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By Dion Rabouin
Jan 6 (Reuters) - Currency speculators raised the number of net short bets on the Mexican peso this week, again increasing the number of contract bets that the peso will fall after a small decrease last week.
The value of net short positions against the peso rose to $1.55 billion dollars, data from the Commodity Futures Trading Commission released on Friday showed.
Net short positions against the peso had risen for six straight weeks until the week of Dec. 20 following the surprise election of Donald Trump as U.S. president. Trump’s promises to rewrite the North American Free Trade Agreement and take a hardline stance on immigration have sent the value of Mexico’s currency to all-time lows since the election.
The pause in adding net peso shorts in December was the result of Trump’s relative quiet after winning the election, said Alfonso Esparza, currency strategist at Oanda in Toronto.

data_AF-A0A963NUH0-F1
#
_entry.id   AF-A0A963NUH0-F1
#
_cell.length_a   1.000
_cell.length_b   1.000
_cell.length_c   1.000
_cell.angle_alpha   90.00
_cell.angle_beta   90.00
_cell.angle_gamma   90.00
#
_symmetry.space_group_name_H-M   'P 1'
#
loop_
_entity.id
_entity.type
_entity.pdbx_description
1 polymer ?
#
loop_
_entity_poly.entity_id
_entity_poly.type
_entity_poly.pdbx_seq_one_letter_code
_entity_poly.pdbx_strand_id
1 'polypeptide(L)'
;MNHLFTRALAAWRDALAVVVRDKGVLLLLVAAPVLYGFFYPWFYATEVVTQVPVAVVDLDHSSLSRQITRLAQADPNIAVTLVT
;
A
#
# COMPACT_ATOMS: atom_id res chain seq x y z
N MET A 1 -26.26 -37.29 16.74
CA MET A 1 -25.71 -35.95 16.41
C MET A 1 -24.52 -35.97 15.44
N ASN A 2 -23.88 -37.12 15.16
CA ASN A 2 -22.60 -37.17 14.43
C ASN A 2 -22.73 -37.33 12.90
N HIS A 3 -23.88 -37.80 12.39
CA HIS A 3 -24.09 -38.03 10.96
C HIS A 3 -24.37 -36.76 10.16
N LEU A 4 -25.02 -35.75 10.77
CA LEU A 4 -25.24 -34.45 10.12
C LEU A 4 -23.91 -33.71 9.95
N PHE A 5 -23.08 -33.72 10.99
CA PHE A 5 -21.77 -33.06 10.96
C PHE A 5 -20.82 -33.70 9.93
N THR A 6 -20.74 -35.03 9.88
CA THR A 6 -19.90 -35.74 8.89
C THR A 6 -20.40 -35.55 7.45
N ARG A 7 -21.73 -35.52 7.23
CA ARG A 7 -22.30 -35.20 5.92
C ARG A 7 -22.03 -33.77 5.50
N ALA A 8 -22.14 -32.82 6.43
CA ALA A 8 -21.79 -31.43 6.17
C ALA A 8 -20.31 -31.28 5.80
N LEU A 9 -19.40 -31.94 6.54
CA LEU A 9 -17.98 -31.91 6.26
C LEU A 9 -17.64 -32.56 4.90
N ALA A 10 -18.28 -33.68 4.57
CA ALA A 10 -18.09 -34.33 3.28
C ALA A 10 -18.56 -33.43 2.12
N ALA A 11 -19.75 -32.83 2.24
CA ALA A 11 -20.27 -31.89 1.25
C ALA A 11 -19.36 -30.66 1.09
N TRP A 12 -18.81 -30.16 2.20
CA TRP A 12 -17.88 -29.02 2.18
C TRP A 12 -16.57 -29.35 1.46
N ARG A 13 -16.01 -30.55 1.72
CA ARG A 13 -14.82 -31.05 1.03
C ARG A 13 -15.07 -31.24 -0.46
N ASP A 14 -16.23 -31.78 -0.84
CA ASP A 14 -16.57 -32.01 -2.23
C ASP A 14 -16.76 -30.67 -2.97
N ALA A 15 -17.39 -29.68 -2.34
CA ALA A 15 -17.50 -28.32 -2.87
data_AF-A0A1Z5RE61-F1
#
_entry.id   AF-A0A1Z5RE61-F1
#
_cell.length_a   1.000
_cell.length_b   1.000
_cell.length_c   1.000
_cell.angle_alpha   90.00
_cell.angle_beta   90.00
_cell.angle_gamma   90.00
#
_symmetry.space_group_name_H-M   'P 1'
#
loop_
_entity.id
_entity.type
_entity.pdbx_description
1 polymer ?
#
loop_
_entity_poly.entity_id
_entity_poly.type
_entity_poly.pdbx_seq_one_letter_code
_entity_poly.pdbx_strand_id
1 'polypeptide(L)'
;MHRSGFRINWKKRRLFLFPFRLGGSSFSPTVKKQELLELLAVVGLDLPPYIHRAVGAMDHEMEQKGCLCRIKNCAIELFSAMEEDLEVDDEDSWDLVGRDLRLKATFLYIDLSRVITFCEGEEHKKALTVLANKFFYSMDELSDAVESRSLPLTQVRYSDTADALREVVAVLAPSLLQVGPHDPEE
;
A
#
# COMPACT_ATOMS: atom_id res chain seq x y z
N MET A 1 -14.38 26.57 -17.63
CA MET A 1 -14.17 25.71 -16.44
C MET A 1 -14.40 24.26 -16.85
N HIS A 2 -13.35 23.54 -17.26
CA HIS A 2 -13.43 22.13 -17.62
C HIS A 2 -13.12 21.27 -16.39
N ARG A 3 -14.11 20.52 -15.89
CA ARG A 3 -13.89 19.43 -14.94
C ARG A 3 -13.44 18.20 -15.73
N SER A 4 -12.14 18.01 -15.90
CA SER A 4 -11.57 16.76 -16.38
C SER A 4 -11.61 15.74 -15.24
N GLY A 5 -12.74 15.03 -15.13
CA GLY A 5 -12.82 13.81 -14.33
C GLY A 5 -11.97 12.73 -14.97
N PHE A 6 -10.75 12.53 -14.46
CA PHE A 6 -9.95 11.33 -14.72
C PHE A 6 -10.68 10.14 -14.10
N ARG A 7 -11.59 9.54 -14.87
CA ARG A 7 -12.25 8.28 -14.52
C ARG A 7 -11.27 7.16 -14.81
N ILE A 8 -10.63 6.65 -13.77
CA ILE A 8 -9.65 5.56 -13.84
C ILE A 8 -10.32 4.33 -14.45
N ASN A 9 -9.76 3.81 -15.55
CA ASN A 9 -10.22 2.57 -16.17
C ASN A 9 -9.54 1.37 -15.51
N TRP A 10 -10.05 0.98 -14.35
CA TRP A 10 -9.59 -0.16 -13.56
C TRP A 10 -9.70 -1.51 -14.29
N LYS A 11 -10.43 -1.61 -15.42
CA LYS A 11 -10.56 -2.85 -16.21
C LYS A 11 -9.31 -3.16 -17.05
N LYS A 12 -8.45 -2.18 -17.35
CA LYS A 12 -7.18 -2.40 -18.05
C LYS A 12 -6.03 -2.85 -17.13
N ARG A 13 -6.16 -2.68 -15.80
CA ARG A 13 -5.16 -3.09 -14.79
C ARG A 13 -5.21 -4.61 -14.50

“It was the unknown regarding Trump - how is he going to behave and is it going to change?” he said. “But now we’ve seen starting in January that he’s back on, so all of that is being reflected in the expectations of investors and what’s going to happen next. So, peso shorts are still favored.”
This week the peso’s value touched a fresh record low, falling to 21.619 pesos per dollar.
Ford Motor Co announced on Tuesday it was scrapping a proposed new $1.6-billion plant in Mexico and choosing to instead build it in Michigan. Despite the company’s insistence that the change was the result of sagging demand for small cars in North America, it stoked fears that Trump’s protectionist rhetoric could indeed pose serious threat to the Mexican economy.
Trump said during the election campaign that if elected he would not allow Ford to open the new plant in Mexico.
Net short contracts on the peso fell during the last week of 2016, breaking the six-week streak, but again rose this week, hovering just above their highest since October. Speculators took out more than 87,000 short contracts on the peso and just over 22,000 long contracts during the week that ended Jan. 3.
To be short a currency is to bet it will decline in value, while being long is a view its value will rise. (Reporting by Dion Rabouin; editing by Grant McCool and Lisa Shumaker)